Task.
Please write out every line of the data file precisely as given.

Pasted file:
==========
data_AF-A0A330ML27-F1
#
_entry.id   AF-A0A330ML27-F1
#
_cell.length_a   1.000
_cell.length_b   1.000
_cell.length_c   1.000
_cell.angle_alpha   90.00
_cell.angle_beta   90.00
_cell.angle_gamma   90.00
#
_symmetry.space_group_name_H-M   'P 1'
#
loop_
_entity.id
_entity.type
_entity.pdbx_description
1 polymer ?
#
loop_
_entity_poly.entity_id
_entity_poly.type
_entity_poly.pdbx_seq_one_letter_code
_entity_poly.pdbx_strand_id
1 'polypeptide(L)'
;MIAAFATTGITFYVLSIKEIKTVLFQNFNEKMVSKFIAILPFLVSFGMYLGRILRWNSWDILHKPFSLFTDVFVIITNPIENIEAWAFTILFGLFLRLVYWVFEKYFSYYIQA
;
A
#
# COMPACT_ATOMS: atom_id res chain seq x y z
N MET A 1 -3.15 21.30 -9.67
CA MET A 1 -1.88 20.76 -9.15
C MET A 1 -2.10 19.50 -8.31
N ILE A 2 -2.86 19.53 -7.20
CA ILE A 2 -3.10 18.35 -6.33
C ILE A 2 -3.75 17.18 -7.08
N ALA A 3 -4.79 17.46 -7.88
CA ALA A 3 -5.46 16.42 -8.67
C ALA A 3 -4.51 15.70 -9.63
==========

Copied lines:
data_AF-A0A330ML27-F1
#
_entry.id   AF-A0A330ML27-F1
#
_cell.length_a   1.000
_cell.length_b   1.000
_cell.length_c   1.000
_cell.angle_alpha   90.00
_cell.angle_beta   90.00
_cell.angle_gamma   90.00
#
_symmetry.space_group_name_H-M   'P 1'
#
loop_
_entity.id
_entity.type
_entity.pdbx_description
1 polymer ?
#
loop_
_entity_poly.entity_id
_entity_poly.type
_entity_poly.pdbx_seq_one_letter_code
_entity_poly.pdbx_strand_id
1 'polypeptide(L)'
;MIAAFATTGITFYVLSIKEIKTVLFQNFNEKMVSKFIAILPFLVSFGMYLGRILRWNSWDILHKPFSLFTDVFVIITNPIENIEAWAFTILFGLFLRLVYWVFEKYFSYYIQA
;
A
#
# COMPACT_ATOMS: atom_id res chain seq x y z
N MET A 1 -3.15 21.30 -9.67
CA MET A 1 -1.88 20.76 -9.15
C MET A 1 -2.10 19.50 -8.31
N ILE A 2 -2.86 19.53 -7.20
CA ILE A 2 -3.10 18.35 -6.33
C ILE A 2 -3.75 17.18 -7.08
N ALA A 3 -4.79 17.46 -7.88
CA ALA A 3 -5.46 16.42 -8.67
C ALA A 3 -4.51 15.70 -9.63